The Best of Times. The Worst of Times.

Jane Gray
Jane Gray
Published on November 30, 2017

Where you fall on the continuum really depends a lot on if you want to buy a house right now or whether you want to sell. It also hinges on the monstrous tax reform that’s shaping up to impact property values. 


Let’s start with something that we all fundamentally understand.  Inventory remains stubbornly low and as we close out the last month of 2017, there are still buyers who desperately want to purchase a home.  Prices have continued to push higher.  Multiple offers still continue to frustrate the Buyer whose offer isn’t chosen even though the situation delights sellers.

Let me illustrate with a recent story.  A young couple with a baby has moved here from the Bay Area and wants to purchase their very first home together.  They’re in the absolute sweet spot that many, many buyers are in – they want a remodeled home in the low $400’s in Rocklin or Roseville.  They’ve put in offers and have been outbid more than once  – the one prior to the last one had a winning offer of $25k over the asking price. Now with this recent one, the winning offer won because the offer had a larger down payment that could be used to offset an appraisal that comes in too low.  But they aren’t the only ones looking!  I’ve got buyers who want to buy in the $600K range, and others downsizing to $450k.  There’s many buyers out there who are frustrated as well…on the verge of giving up!

Homeowners are telling me that they’re sitting and holding.  They aren’t moving.  OR they’re waiting until next year.  If you’re one of the latter, consider selling now.  There are buyers out there!!!

Trickle Down Economics


So let’s talk about something that looms large – The Tax Reform Package. I have some very real concerns over home values with the new plan and here’s my reasoning. While the average price of homes is under $500k here in the Sacramento region today, the fact is that with a normal 6% annual price appreciation that $500k price is going to be the new average priced home soon here.  The average is currently in the $400k’s.  That means that in the tax reform bill’s current form, the homeowner will not be able to deduct mortgage interest above $500k.  Sometimes, that’s the incentive for someone to buy a home, all other things being equal.  I get it.  The mortgage interest deduction is still going to be there and capped at $500k.  So the question is:  will some folks decide to buy less house because their incentive to deduct all of their mortgage interest went down?

Then there’s the cap on the property tax deduction of $10k.  In California, ten thousand in property taxes are levied on a home worth $1M because Prop 13 limits it to 1% (plus some incremental local taxes).  In Sacramento, that doesn’t impact very many home buyers you might argue and you’d be right.  It’s going to have a larger effect in Southern California and the Bay Area so why should we care here in Sacramento?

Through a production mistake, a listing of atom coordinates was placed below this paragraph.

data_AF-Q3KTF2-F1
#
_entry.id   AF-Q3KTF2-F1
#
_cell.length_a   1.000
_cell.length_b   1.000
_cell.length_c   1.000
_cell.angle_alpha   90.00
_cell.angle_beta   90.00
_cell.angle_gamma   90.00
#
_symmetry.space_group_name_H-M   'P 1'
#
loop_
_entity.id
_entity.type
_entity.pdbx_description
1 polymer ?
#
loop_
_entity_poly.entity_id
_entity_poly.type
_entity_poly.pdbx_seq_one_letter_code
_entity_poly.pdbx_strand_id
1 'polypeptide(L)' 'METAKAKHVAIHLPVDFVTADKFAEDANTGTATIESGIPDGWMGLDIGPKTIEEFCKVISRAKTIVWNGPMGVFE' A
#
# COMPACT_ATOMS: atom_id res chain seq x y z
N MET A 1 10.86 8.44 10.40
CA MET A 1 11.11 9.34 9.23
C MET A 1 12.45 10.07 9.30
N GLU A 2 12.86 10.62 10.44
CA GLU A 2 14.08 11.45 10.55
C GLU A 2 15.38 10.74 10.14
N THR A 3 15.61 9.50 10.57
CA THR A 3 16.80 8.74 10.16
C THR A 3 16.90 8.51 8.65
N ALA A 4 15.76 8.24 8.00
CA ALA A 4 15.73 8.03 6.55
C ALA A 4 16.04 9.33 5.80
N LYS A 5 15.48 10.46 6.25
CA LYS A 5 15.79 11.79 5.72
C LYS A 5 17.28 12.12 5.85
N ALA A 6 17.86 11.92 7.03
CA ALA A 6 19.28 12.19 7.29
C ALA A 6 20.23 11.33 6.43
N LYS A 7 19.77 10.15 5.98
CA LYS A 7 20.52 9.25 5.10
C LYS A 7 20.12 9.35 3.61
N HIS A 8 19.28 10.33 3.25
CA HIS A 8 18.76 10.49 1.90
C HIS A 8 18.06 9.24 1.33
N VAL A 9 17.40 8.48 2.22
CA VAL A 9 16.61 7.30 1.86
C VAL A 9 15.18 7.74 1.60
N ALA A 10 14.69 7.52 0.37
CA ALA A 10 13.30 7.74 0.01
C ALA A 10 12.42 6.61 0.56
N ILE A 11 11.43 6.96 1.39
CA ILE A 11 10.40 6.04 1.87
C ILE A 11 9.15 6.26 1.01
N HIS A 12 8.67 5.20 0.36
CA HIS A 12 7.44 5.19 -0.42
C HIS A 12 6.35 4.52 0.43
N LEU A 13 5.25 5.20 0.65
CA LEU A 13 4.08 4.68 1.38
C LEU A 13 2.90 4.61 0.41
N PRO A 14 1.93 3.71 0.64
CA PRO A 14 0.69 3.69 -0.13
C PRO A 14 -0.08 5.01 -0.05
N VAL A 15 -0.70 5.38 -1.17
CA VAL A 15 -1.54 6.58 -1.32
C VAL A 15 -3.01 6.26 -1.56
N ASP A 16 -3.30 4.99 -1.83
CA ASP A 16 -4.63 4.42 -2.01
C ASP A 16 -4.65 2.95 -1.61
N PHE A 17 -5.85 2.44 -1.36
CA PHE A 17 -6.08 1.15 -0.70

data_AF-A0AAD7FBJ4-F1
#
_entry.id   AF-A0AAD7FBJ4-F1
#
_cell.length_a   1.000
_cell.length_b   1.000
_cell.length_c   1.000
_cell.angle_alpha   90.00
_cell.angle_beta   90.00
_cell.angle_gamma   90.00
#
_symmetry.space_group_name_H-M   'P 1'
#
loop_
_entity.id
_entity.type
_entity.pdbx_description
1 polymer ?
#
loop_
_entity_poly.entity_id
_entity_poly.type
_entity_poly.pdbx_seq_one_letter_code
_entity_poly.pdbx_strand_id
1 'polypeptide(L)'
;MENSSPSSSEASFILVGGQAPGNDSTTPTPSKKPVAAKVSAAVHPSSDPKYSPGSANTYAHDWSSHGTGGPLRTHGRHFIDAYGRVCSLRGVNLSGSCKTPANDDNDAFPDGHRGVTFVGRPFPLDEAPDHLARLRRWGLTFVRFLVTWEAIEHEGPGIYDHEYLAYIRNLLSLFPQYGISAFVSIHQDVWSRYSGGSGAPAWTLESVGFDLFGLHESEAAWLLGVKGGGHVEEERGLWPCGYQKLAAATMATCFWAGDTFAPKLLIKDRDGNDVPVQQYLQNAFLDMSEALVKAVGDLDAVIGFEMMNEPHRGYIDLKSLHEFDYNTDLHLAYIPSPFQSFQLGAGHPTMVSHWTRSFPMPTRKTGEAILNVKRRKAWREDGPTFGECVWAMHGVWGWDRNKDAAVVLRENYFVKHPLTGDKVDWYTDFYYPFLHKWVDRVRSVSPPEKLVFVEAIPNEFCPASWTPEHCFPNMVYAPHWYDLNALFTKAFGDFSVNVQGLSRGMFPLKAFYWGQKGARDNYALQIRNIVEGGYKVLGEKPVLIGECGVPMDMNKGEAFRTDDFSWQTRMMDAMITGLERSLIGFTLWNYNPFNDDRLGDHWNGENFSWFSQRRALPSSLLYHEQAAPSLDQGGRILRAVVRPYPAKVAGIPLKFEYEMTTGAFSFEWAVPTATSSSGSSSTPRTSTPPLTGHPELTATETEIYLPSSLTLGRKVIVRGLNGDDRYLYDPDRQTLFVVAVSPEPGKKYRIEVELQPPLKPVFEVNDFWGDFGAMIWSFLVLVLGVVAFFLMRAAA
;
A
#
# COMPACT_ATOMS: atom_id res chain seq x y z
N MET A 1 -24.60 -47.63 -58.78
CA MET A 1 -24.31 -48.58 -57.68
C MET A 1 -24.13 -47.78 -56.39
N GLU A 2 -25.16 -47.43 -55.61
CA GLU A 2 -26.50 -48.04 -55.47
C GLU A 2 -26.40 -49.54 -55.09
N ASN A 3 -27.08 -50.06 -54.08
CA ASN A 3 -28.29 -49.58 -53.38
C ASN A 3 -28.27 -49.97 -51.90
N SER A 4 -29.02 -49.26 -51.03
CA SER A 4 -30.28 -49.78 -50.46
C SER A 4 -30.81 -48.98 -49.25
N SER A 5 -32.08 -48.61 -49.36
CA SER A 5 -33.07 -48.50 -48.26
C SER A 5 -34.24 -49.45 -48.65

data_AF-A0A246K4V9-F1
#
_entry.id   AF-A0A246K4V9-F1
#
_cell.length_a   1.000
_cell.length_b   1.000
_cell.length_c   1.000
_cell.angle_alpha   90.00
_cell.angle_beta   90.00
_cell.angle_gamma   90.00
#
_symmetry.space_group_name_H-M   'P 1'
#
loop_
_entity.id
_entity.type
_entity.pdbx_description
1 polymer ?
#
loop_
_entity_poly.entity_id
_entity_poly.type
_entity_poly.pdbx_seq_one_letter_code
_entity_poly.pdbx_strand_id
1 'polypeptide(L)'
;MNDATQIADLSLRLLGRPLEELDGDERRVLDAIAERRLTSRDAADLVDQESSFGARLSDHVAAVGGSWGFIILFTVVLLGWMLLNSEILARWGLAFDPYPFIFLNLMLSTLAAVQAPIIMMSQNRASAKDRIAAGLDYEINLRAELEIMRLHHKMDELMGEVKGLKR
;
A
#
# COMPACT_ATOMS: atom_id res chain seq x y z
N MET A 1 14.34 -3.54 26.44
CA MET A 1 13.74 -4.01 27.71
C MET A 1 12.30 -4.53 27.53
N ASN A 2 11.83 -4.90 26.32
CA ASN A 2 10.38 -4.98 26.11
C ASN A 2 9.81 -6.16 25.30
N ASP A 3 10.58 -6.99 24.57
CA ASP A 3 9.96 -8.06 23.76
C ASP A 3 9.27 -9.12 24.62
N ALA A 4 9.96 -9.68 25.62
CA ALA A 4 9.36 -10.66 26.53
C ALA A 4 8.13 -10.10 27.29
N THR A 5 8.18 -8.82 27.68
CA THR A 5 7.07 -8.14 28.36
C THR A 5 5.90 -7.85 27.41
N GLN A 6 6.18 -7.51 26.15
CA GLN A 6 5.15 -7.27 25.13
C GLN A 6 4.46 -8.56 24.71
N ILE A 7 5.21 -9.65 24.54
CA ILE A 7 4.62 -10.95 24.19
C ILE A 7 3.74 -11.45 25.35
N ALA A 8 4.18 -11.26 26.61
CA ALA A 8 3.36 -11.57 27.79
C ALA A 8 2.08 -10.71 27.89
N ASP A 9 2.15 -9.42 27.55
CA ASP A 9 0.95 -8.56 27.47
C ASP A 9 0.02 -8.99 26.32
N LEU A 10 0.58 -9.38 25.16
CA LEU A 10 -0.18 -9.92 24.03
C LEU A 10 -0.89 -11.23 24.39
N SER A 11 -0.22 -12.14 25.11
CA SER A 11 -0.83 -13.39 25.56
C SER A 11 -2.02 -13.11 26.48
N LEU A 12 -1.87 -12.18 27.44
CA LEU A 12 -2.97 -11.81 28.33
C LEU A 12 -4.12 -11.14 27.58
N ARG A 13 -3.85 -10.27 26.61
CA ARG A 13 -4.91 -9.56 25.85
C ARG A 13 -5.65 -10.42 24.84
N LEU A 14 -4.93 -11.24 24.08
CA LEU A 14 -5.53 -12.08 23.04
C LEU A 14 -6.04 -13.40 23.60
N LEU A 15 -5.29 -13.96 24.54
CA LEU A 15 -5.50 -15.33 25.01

If tax reform passes in its current state, the lower cap on the mortgage interest deduction and new lower limits on property tax deductions will likely have consequential effects on the higher priced areas of California, but many of our buyers are coming from those higher priced areas and this is why we’re not immune to impacts.  Demand for homes may slip due a greatly reduced tax benefit to owning.  Lack of demand would help to solve the supply issue, but it may take prices down with it.  

In just one obvious scenario:  The migrating SF Bay Area resident who cashes out with less money, will have less to spend here.  Today, over-the-top pricing in San Francisco makes the seller flush with cash and that has certainly been driving some of the higher pricing here because the more cash that a buyer had, the more they were willing to use it to outbid others here (see above story).

Another scenario is that with higher standard deductions, the attractiveness of homeownership may diminish if it’s a push to afford a mortgage versus renting.  Some potential first-time homebuyers and downsizers, may opt out of buying.  Again, this vacuum will equate to a pull-back in demand and that could soften prices.

Of course, no one has a crystal ball.  We don’t know if the Tax Reform will pass and there are other factors outside of taxes that impact home prices.  They say that the decrease in corporate taxes should bolster growth and that could bring in more residents who want to own a slice of our great lifestyle here!  Maybe it will create the opposite effect – higher prices?!  I welcome your comments and opinions even if you disagree.

The good news is that the long-term attractiveness of owning a property will still favor homeownership because there is no other vehicle to buying an appreciating asset over time with leverage (aka a mortgage).

The Best of Times. The Worst of Times.
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